Buffalo Public Schools Victim of Ransomware Attack

The New York school district hired a cybersecurity company to investigate the ransomware attack along with the FBI.

Buffalo Public Schools Victim of Ransomware Attack

BUFFALO, N.Y. — Buffalo Public Schools (BPS) is the latest victim in an increasing number of cyberattacks against school districts across the country.

The district announced late Friday that it had canceled all remote classes earlier in the day due to a ransomware attack that caused “unanticipated interruption to BPS District network systems,” reports Buffalo News. BPS serves approximately 34,000 students and operates nearly 70 facilities.

In a memo, BPS Chief Technology Officer Myra Burden said “at this time, no demands have been made; however, the FBI has found out that ransom may be between $100-300K and could be negotiable.”

Superintendent Kriner Cash approved an emergency contract with GreyCastle Security, a cybersecurity company, to support the FBI in its investigation. A press release from Cash’s office said investigators do not believe any Personally Identifiable Information (PII) was exposed.

Classes were also canceled Monday so the district can “pressure test system restoration and access as well as communicate any new or required information for students to access virtual learning tools once instruction resumes,” according to the release.

The press release also said IT will “continue to provide staff with training and information to safeguard against cybersecurity threats to personally identifiable information” and that “the district will implement a longer term comprehensive initiative to enhance IT security and infrastructure going forward.”

In December, federal agencies warned K-12 schools that ransomware attacks have been on the rise since districts have continued to rely on technology and online learning during the pandemic.

According to an advisory issued by the FBI, the Cybersecurity and Infrastructure Security Agency and the Multi-State Information Sharing and Analysis Center, 28% of all reported ransomware cases between Jan. 2020 and July 2020 involved K-12 schools. That statistic increased to 57% for August and September.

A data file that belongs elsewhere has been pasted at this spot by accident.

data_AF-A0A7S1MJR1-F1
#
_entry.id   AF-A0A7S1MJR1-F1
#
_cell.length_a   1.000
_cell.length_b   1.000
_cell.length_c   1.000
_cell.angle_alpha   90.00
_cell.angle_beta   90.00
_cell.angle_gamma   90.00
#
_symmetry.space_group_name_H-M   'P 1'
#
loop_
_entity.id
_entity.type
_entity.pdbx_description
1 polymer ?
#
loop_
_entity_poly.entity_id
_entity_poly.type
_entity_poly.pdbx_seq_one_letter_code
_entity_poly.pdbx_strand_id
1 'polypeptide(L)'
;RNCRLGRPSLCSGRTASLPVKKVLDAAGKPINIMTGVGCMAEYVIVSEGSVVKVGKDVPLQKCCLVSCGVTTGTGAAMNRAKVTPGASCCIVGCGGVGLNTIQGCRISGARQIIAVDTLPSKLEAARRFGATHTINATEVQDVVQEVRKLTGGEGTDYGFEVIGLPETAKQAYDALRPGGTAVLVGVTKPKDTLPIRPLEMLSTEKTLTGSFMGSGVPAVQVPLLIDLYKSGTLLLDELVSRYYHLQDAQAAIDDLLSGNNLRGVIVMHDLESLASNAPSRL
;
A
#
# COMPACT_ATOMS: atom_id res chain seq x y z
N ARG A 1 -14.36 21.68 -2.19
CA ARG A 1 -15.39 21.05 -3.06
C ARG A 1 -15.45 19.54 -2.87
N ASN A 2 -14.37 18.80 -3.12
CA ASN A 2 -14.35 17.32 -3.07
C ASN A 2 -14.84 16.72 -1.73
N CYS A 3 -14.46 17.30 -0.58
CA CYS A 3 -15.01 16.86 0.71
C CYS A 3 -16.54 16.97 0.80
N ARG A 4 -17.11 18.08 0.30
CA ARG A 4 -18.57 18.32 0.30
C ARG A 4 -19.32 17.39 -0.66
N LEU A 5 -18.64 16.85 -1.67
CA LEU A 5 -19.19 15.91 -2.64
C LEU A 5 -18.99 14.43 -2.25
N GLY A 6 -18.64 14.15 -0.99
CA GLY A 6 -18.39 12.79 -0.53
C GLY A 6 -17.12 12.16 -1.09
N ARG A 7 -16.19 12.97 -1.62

For instance, the day before Thanksgiving, Baltimore County Public Schools was hit by a ransomware attack that shut down schools for several days. Also in November, personal data was stolen from Toledo (Ohio) Public Schools, including Social Security numbers, employee evaluations, exam grades and dates of birth for students and employees.

Last March, Houston’s Sheldon Independent School District paid a ransom of over $200,000. However, the FBI and Cybersecurity and Infrastructure Security Agency do not recommend schools pay ransoms.

“Payment does not guarantee files will be recovered,” the agencies said. “It may also embolden adversaries to target additional organizations, encourage other criminal actors to engage in the distribution of ransomware, and/or fund illicit activities.”

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Amy is Campus Safety’s Senior Editor. Prior to joining the editorial team in 2017, she worked in both events and digital marketing.

Amy’s mother, brother, sister-in-law and a handful of cousins are teachers, motivating her to learn and share as much as she can about campus security. She has a minor in education and has worked with children in several capacities, further deepening her passion for keeping students safe.

In her free time, Amy enjoys exploring the outdoors with her husband, her son and her dog.

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